True confessions today! There are things happening in our garden every day that I don’t understand!
Our August garden is filled with an abundance of color, form, and texture. Healthy perennials are in full bloom and the herbs have been thriving during our Midwest summer this year. An early morning walk amongst the flowers is the perfect way to begin each day.
While walking through the garden this season, I’ve noticed something interesting in addition to the lovely flora. For the first time, in nearly thirty years of gardening, I’m really noticing the fauna, too! The insects, to be exact. How does this BIG change happen to a seasoned gardener?
According to the Journal of Experimental Botany, “Much scientific research is based upon investigating known unknowns.”
That must be what’s happening to me! There are things in my garden that I know I don’t know much about!
It must be the “Marriage Effect” that has encouraged my curiosity! My husband always walks through our garden each evening when he arrives home. He seems to notice all of the insects everywhere, busily pollinating the flowers. Another influence is our nephew, currently working on his PhD. in Entomology, collecting and studying beetles. When he visits our garden, he observes all kinds of fascinating creatures. What is it about these tiny living things that attract their attention, making them stop, look, touch, and study them with such great fascination?
I must confess, dear friends, that the insects in our garden have always been a mystery to me. I cannot distinguish most of the beneficial insects from the harmful insects! I spend time in the garden each day (wearing garden gloves of course, in case I accidentally touch these creatures!)… and I don’t even know who they are! Of course, I know the common ones ~ mosquitoes, spiders, cicadas, fireflies,… but I didn’t even know the beetles until quite recently!
I have taken action! I have been reading the most fascinating, helpful book!
A new book, by horticulturist Jessica Walliser, has been my frequent gardening companion throughout the growing season. Attracting Beneficial Bugs to Your Garden is helping me understand what makes my organic flower and herb gardens insect-friendly, and why this is so very important. This easy-to-read guide has made me aware of so many ways that insects are good for my garden! As I read, there have been so many ‘ah-ha’ moments…
Did you know…
⚛ Only 1 percent of the insects we encounter are harmful.
⚛ Each insect has a purpose in the garden: pollinator, predator, decomposer, or food for the other creatures in the food chain.
⚛ It’s important to select, place, and care for a variety of plants that will invite beneficial insects into the garden to control the harmful pests.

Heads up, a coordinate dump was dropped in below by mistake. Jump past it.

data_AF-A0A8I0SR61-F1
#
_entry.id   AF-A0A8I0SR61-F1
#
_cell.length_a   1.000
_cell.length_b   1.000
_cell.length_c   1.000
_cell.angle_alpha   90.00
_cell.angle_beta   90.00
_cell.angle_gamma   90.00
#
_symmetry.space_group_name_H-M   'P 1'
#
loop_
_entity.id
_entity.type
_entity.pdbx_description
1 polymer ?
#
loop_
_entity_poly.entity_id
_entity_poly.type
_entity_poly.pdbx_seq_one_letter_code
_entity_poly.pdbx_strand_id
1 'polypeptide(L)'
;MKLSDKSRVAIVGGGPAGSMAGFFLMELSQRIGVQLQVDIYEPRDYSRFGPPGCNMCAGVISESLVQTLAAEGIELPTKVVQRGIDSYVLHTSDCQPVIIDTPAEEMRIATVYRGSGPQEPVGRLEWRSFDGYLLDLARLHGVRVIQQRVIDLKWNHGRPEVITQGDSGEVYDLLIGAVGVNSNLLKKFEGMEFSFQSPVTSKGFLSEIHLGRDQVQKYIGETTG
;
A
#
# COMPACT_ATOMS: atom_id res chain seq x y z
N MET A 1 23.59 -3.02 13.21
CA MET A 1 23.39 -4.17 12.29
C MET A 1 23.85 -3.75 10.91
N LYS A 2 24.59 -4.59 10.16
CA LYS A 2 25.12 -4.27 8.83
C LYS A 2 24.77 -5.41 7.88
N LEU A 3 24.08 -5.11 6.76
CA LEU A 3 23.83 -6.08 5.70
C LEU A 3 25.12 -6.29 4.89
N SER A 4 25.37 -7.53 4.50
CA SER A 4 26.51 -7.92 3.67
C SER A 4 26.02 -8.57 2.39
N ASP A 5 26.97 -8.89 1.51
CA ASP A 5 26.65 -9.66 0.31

Author Jessica Walliser explains, in her own words…
I’ve learned why it is necessary to…
⚛ Take myself out of the predator-prey cycle in my garden.
⚛ Create a diverse, pesticide-free environment for beneficial insects. Fortunately, our garden has always been pesticide-free. Now I understand just how important that is! Systemic pesticides contaminate the nectar, killing many insects. When the beneficial insects are wiped out, the pests will have no enemies in the garden!
⚛ Have some pests in the garden. Fewer pests in the garden means fewer beneficial insects.
⚛ Create a garden with a diversity of plants so that beneficial ‘commuters’ will stay in our garden. The farther they must travel to find food, shelter, and water, the less likely they are to return to our garden.
The more I learn about the insects in our garden,… the more I want to learn!
I’ve ‘met’ a few of the Beetles this summer. Our garden is teeming with them! Many are beneficials in the garden. One exotic species, imported from another continent, poses a real problem in the garden since it has very few predators here. So gardeners have to step in to control this pest.
I know that I will reread Attracting Beneficial Bugs to Your Garden again and again, soaking up all of the useful plant profiles, beneficial bug profiles, and tips for battling harmful pests with helpful plant partnerships. Fortunately, our garden is healthy with a wide diversity of plants that help encourage the predator-prey insect cycle. As I add new perennials to the garden beds, I will strive to plant those that attract even more beneficial insects to our garden.
It feels so good to learn about these tiny creatures that travel from plant to plant! There is an important new item in my garden basket this summer…
It’s handy to have a magnifying glass nearby, just in case I want to take a closer look at the tiny creatures in the garden. I’m quite curious now… However, I’ll still be wearing garden gloves, just in case I happen to touch one of these interesting insects!
It’s always lovely to welcome friends to our garden. Thanks for stopping to visit today!
P.S. What is your “known unknown”… something that you know that you don’t know much about, but would like to learn?